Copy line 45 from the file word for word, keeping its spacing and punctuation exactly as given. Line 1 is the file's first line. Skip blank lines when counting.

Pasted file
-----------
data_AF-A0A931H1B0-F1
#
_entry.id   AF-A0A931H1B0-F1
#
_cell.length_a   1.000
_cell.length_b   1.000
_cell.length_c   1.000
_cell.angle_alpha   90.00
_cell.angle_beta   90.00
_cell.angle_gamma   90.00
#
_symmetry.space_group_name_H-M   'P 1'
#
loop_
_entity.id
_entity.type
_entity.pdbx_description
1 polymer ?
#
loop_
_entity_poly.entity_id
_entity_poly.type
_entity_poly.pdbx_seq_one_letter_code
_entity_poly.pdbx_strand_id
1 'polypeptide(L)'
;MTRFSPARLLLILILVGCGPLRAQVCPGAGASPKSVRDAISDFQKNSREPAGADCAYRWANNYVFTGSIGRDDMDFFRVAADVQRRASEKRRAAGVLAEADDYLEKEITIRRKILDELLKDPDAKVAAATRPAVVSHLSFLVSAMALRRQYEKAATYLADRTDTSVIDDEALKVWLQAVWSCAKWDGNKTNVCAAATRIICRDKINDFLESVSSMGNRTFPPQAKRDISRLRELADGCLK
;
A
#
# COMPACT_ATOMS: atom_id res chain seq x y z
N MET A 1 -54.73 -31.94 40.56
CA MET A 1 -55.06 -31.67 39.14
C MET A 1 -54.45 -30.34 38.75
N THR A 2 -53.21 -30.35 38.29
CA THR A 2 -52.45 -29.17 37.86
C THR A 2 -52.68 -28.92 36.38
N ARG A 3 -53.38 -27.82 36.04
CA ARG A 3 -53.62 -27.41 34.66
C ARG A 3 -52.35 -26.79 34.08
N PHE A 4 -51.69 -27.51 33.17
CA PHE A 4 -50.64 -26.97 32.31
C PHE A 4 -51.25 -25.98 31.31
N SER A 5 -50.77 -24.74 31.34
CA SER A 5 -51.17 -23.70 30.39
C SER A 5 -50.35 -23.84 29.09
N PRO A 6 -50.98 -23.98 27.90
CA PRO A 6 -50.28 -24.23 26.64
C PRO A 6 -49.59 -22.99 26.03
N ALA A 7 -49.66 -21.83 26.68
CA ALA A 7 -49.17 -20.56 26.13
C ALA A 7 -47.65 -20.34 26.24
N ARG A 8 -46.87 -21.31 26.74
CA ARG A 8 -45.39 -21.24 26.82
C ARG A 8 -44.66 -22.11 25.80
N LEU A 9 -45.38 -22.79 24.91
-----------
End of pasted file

C SER A 5 -50.35 -23.84 29.09